The document is written in ReStructuredText to match the rest of the compiler documentation, but it's using some features from the Sphinx system that GitHub's ReST renderer doesn't support. Consequently, I've put up a rendered form <http://jrose-apple.github.io/swift-library-evolution/>, which I'll update every few days when there are changes. (This is pretty much the same rendering you get from running "make" in the docs/ directory in the Swift repo.) The canonical document is still the one in the Swift repository <https://github.com/apple/swift/blob/master/docs/LibraryEvolution.rst>.

Looking forward to your feedback!
Jordan


(Jordan Rose) #2

I just sent this to swift-evolution. TLDR: LibraryEvolution.rst is ready for wider review and comments.

(Of course Slava's been hard at work implementing all this for the last few weeks already, but that doesn't make the model any less important!)

Thanks!
Jordan

···

Begin forwarded message:

From: Jordan Rose <jordan_rose@apple.com>
Subject: [RFC] "Library Evolution Support in Swift ('Resilience')"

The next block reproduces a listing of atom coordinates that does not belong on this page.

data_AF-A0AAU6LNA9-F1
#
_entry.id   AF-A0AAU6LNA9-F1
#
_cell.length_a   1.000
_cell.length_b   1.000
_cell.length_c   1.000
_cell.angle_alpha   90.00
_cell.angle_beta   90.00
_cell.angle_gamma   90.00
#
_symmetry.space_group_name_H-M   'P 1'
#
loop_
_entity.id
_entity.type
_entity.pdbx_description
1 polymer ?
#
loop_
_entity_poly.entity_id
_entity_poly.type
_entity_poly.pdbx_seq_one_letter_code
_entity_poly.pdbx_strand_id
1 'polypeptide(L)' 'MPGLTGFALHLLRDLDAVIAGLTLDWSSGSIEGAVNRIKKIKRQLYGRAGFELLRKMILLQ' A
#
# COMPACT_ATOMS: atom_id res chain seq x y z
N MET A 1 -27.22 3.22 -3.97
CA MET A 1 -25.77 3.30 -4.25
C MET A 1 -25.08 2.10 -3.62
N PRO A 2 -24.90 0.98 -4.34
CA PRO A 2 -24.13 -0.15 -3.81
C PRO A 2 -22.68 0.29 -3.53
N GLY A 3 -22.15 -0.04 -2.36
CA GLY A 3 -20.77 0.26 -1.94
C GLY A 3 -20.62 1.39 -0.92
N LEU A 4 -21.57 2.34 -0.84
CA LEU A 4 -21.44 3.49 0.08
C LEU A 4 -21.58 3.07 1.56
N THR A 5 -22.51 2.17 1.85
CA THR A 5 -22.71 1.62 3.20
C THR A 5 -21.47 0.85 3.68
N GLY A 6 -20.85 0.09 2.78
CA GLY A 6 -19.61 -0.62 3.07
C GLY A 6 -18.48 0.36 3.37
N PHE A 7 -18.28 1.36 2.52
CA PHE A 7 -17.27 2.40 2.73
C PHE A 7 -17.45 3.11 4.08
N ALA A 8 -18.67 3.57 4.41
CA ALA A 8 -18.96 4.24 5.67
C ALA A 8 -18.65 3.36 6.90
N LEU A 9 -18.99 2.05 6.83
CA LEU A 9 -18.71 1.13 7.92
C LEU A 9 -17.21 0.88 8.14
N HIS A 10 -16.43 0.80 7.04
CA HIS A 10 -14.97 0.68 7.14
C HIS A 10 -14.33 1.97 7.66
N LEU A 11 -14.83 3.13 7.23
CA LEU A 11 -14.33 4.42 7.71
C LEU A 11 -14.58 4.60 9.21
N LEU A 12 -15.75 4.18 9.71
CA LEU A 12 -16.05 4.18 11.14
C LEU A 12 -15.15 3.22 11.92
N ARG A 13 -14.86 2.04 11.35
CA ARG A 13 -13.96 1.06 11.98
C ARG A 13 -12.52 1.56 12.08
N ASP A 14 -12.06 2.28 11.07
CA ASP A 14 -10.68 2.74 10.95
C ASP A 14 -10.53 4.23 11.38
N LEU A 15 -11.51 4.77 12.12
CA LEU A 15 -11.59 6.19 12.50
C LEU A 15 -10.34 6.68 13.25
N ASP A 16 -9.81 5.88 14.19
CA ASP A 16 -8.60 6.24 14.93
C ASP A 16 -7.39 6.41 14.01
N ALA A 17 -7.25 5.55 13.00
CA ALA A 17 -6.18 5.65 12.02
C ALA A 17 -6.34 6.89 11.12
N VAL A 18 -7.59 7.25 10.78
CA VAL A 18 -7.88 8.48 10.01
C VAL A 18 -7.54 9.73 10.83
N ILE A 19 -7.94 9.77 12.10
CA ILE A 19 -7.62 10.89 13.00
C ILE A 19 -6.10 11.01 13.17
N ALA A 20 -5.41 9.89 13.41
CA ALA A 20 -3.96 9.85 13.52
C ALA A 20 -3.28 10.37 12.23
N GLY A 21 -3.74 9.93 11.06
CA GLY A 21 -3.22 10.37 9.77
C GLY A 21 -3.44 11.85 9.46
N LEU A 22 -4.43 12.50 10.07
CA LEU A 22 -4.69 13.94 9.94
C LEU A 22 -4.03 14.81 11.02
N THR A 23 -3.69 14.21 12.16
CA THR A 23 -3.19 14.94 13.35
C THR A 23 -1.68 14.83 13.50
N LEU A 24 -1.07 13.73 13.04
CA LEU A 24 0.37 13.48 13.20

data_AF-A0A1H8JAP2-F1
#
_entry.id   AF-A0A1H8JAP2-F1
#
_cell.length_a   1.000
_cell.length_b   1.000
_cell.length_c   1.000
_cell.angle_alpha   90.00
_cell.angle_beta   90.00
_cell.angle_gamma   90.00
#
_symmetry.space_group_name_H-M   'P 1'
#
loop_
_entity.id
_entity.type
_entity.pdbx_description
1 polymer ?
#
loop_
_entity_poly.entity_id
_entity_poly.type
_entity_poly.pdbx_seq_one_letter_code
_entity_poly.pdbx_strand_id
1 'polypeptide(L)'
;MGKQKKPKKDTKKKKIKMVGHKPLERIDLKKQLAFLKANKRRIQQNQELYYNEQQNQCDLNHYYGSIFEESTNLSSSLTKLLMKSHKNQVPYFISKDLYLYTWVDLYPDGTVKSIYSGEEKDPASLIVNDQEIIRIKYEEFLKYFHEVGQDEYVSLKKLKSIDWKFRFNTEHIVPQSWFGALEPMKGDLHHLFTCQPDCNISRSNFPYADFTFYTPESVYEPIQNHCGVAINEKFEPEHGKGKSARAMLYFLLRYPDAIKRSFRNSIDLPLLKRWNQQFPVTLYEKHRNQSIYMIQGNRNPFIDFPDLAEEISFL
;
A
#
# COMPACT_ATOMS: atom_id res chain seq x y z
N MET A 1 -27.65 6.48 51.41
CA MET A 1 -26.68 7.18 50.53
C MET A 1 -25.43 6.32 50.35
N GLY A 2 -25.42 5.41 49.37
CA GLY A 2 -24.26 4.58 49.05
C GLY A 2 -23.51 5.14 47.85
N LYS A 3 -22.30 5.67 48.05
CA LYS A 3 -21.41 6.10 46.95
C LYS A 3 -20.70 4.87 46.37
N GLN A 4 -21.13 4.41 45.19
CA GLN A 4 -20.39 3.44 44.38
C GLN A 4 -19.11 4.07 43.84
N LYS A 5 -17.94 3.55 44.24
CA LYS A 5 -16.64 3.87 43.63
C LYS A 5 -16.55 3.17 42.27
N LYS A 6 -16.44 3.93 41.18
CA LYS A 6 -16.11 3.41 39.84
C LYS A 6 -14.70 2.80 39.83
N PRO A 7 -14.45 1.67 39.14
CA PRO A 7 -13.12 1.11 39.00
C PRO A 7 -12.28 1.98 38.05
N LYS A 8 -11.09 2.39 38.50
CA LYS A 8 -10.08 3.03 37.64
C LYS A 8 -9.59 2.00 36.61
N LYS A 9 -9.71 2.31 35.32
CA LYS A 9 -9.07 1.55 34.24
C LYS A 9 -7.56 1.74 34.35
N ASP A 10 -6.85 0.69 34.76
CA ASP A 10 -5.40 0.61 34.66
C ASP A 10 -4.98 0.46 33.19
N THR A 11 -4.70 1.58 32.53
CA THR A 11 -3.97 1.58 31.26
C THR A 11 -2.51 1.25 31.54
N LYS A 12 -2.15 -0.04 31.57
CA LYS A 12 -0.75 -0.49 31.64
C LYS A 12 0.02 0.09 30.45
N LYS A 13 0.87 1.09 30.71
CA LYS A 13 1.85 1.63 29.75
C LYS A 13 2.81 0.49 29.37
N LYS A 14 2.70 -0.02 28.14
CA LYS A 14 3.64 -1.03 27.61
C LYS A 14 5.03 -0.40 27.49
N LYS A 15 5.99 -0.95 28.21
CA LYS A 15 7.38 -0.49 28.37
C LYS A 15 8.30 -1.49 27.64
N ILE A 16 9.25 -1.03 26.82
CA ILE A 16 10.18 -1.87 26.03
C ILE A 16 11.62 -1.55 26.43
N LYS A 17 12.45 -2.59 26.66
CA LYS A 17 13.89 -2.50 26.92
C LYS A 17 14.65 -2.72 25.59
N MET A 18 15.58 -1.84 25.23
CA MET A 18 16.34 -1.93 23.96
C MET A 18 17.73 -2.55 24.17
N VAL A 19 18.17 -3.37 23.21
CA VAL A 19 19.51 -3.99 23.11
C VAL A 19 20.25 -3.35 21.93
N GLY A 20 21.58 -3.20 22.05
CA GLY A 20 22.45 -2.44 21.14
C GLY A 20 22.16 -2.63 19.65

Date: February 8, 2016 at 18:24:15 PST
To: swift-evolution <swift-evolution@swift.org>

Hi, swift-evolution. We've been making references for a while to "resilience" as a cornerstone of the Swift 3.0 work, the collection of features that allows a library to evolve over time while maintaining binary compatibility. Among other things, this is necessary if we want to stop bundling the Swift standard library with any app that uses Swift, a noted complaint from iOS developers. :slight_smile:

If you're wondering what this is all about, take a look at the prologue for the design document:

One of Swift’s primary design goals is to allow efficient execution of code without sacrificing load-time abstraction of implementation.

Abstraction of implementation means that code correctly written against a published interface will correctly function when the underlying implementation changes to anything which still satisfies the original interface. There are many potential reasons to provide this sort of abstraction. Apple’s primary interest is in making it easy and painless for our internal and external developers to improve the ecosystem of Apple products by creating good and secure programs and libraries; subtle deployment problems and/or unnecessary dependencies on the behavior of our implementations would work against these goals.

Our current design in Swift is to provide opt-out load-time abstraction of implementation for all language features. Alone, this would either incur unacceptable cost or force widespread opting-out of abstraction. We intend to mitigate this primarily by designing the language and its implementation to minimize unnecessary and unintended abstraction: